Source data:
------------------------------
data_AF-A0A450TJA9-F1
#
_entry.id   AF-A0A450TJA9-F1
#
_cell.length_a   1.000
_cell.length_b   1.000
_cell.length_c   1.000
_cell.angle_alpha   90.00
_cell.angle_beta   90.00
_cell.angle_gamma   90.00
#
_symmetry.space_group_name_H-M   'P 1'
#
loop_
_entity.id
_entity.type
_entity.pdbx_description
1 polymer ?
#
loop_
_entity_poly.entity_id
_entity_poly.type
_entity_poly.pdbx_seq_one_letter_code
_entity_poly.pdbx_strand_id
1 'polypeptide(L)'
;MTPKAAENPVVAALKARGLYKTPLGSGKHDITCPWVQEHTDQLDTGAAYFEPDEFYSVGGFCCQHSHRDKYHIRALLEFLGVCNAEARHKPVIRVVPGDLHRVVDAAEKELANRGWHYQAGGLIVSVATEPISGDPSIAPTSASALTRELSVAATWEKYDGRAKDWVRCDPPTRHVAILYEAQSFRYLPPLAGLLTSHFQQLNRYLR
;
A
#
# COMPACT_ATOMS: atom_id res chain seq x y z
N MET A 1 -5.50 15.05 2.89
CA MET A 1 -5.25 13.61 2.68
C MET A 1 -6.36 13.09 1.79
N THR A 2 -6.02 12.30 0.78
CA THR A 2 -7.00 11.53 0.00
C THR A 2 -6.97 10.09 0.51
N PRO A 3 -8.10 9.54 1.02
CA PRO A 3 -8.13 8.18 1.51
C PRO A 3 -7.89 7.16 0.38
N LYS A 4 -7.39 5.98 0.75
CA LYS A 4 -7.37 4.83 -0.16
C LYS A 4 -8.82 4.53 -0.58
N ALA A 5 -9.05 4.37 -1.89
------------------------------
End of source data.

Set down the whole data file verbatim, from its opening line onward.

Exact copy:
data_AF-A0A450TJA9-F1
#
_entry.id   AF-A0A450TJA9-F1
#
_cell.length_a   1.000
_cell.length_b   1.000
_cell.length_c   1.000
_cell.angle_alpha   90.00
_cell.angle_beta   90.00
_cell.angle_gamma   90.00
#
_symmetry.space_group_name_H-M   'P 1'
#
loop_
_entity.id
_entity.type
_entity.pdbx_description
1 polymer ?
#
loop_
_entity_poly.entity_id
_entity_poly.type
_entity_poly.pdbx_seq_one_letter_code
_entity_poly.pdbx_strand_id
1 'polypeptide(L)'
;MTPKAAENPVVAALKARGLYKTPLGSGKHDITCPWVQEHTDQLDTGAAYFEPDEFYSVGGFCCQHSHRDKYHIRALLEFLGVCNAEARHKPVIRVVPGDLHRVVDAAEKELANRGWHYQAGGLIVSVATEPISGDPSIAPTSASALTRELSVAATWEKYDGRAKDWVRCDPPTRHVAILYEAQSFRYLPPLAGLLTSHFQQLNRYLR
;
A
#
# COMPACT_ATOMS: atom_id res chain seq x y z
N MET A 1 -5.50 15.05 2.89
CA MET A 1 -5.25 13.61 2.68
C MET A 1 -6.36 13.09 1.79
N THR A 2 -6.02 12.30 0.78
CA THR A 2 -7.00 11.53 0.00
C THR A 2 -6.97 10.09 0.51
N PRO A 3 -8.10 9.54 1.02
CA PRO A 3 -8.13 8.18 1.51
C PRO A 3 -7.89 7.16 0.38
N LYS A 4 -7.39 5.98 0.75
CA LYS A 4 -7.37 4.83 -0.16
C LYS A 4 -8.82 4.53 -0.58
N ALA A 5 -9.05 4.37 -1.89